Today, there's all sorts of people on the train, there's a fake blond in blue and white stripes, an old woman in red praying the rosary, a lanky elderly waiting for a seat, a young lass putting on make-up and a big burly guy chewing a gum. There's a man with a Bugs Bunny shirt dozing off to Neverland, and another one holding her girlfriend in her arms.

Everyone gets off at some point, somewhere. Tomorrow or the day after tomorrow, who knows where we'll all be. It's how fleeting life is, as fleeting as a moving train, as surreal as men jumping to their deaths.

Everyone's waiting for their stop, to take a breath of fresh air amidst strange voices on the microphone and the maddening crowd. To walk and to continue home, wherever home may be -- in the arms of men they love, in dirty sheets in borrowed rooms or in the wailing of children left in others' care. Somewhere, somewhere, in this cursed shitty world.

We will step off and mind the gap and struggle to walk toward the rest of our lives.

written in a cramped MRT ride, October 21. 

Thursday, October 24, 2013

And So It Is

And you try each day, in this God-forsaken world, filled with child molesters, thieves and irresponsible alcoholic dads, to survive and make sense of the chaos. You try to imagine, even in the most unimaginable hours, that there is something real out there, beyond the doublespeak of people around you, those who claim to be your friends, loved ones, too. You try to see through the haze and the noise and the madness, and you think there's something more for you as you wait in the loneliest of hours for something to hold on to, that promise of tomorrow, though the promise never comes.

You try and you try and you try because you know in the deepest recesses of your hearts, in the most miserable moments, you know you deserve something better than be treated by forty plus spinsters with remorse and envy; or older women who resent you for the travels you've made because those are the trips they could never make.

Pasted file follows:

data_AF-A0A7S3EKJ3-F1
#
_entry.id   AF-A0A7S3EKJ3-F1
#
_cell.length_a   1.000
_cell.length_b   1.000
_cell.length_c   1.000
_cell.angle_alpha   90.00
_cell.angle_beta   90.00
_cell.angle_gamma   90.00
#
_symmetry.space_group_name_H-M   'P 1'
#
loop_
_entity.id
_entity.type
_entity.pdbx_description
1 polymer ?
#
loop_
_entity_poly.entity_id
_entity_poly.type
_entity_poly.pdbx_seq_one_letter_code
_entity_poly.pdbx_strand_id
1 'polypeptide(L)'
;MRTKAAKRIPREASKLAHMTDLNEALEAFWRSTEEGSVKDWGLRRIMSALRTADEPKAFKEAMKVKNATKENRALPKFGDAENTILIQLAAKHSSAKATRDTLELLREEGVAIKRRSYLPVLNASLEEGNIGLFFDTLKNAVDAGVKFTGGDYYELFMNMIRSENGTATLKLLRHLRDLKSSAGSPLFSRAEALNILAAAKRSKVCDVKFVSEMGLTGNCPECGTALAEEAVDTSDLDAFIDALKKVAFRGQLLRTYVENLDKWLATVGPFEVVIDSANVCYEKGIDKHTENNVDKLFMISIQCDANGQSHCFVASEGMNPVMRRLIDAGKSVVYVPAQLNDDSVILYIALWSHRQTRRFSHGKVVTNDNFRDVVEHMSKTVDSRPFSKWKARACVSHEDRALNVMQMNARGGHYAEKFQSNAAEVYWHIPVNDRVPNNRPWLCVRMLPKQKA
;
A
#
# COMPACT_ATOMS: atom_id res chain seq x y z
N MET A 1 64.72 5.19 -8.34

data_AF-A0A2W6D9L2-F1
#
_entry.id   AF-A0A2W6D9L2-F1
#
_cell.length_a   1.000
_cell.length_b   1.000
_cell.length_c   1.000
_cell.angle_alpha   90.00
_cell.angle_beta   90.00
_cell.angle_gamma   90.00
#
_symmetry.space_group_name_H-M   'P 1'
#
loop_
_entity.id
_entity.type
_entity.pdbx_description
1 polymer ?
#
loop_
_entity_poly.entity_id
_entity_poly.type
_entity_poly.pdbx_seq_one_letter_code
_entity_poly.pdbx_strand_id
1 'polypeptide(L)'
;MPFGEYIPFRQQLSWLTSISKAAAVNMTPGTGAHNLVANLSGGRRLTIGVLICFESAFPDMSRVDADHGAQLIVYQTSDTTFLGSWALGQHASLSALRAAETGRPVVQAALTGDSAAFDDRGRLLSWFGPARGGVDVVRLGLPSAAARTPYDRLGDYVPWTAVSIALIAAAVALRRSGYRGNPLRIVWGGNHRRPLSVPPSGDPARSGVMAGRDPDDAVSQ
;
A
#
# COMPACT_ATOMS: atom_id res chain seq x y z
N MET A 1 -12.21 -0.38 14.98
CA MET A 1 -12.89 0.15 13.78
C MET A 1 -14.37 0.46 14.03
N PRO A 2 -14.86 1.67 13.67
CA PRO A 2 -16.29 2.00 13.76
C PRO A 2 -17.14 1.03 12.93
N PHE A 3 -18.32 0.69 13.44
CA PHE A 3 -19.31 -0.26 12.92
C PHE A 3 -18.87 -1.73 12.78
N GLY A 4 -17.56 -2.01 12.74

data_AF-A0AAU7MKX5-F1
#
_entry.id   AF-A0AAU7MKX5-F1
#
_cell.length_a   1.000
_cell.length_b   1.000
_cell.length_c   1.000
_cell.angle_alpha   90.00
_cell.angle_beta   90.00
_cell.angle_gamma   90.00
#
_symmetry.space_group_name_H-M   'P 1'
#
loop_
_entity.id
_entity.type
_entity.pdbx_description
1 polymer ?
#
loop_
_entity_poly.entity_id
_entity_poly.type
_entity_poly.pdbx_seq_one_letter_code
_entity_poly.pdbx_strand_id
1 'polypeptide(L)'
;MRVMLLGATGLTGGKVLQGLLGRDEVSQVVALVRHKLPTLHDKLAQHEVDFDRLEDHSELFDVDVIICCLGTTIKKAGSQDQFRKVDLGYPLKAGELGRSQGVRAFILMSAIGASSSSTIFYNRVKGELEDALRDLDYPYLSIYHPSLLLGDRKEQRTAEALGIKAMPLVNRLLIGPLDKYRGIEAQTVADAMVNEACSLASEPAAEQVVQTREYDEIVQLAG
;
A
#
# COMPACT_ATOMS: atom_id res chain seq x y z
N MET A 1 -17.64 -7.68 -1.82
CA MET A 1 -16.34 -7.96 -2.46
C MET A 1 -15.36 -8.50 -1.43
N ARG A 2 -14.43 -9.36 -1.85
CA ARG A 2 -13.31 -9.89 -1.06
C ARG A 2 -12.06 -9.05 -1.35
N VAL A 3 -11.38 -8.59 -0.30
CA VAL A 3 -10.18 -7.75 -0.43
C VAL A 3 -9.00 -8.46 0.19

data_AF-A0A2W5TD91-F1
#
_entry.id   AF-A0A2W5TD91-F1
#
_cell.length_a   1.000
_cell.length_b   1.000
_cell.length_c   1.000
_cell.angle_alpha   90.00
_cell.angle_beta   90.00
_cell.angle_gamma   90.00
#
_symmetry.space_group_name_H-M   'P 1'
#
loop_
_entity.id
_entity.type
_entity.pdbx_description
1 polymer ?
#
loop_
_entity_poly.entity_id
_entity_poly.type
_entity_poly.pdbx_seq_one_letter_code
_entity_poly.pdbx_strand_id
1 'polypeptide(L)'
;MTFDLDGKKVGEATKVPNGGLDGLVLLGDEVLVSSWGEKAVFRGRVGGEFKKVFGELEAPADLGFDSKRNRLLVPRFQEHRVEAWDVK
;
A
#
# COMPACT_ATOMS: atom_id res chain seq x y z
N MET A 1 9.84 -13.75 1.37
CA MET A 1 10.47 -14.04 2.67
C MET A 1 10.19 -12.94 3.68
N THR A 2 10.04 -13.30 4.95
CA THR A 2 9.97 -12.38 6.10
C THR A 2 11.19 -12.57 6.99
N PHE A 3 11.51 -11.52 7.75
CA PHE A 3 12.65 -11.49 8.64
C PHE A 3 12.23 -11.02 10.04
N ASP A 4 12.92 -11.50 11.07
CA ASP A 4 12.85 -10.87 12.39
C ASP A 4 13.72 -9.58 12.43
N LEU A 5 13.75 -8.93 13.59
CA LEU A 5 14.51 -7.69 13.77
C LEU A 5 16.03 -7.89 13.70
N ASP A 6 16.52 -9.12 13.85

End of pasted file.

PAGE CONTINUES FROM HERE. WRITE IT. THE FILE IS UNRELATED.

And so you try, over and over, again and again, to find peace in the mayhem amidst all the resentments and the broken dreams but you realize by looking at moving walls that there is nothing to hope for, especially not for a dumb blonde like you. Not in this affirmation-hungry world, filled with egoists and backstabbers and men and women, who in the end, fight over junkets and other freebies, not unlike little children caught in a mad scramble for candies.

Monday, October 21, 2013

Scenes from the 22nd Economic Journalists Association of the Philippines Business Journalism Awards Night

October 18, 2013, Intercontinental Hotel, Makati

With business editors and reporters

with Alena Mae Flores of Manila Standard, my amiga

with past and present banking and finance beat reporters

With the femmes fatales of the energy beat

With my super favorite Tito Mon Lozano of the Bangko Sentral ng Pilipinas


Riza Olchondra of the Inquirer for Trade and Agribusiness, Doris Dumlao of Inquirer for capital markets, Lenie Lectura of Business Mirror for Telecommunications, Angela Celis of Malaya for macroeconomy, Richmond Mercurio of Malaya for Energy, Jimmy Calapati of Malaya for Banking, VG Cabuag of Business Mirror for Best Feature Story and yours truly for public finance. 

 And this one is my Philippine Star family's tweet about my award. Thank you, EJAP, Philippine Star, the board of judges and to all my sources. Congratulations to fellow reporters who won and to the Philippine Daily Inquirer and Malaya Business Insight, both named Best News Source. See this and this for more information on the awards night.

and on the front page, too. Thanks for the support, PhilStar, especially to my editors Roman Floresca and Marianne Go.

Photo credits: Paul Isla, Jun Ebias, Albert Castro and me

Saturday, October 19, 2013

Welcome to the Gates of Hell

(Written while stuck in traffic on October 18, 2013 from 5:30 pm to 8 pm from NAIA to Makati)

The seconds will turn into minutes. Ten. Twenty. Thirty. And the minutes will turn to hours. But nothing will happen. One hour. One and half. Nothing and nothing still. Two hours, then three and then you lose count. But not before you lose your mind.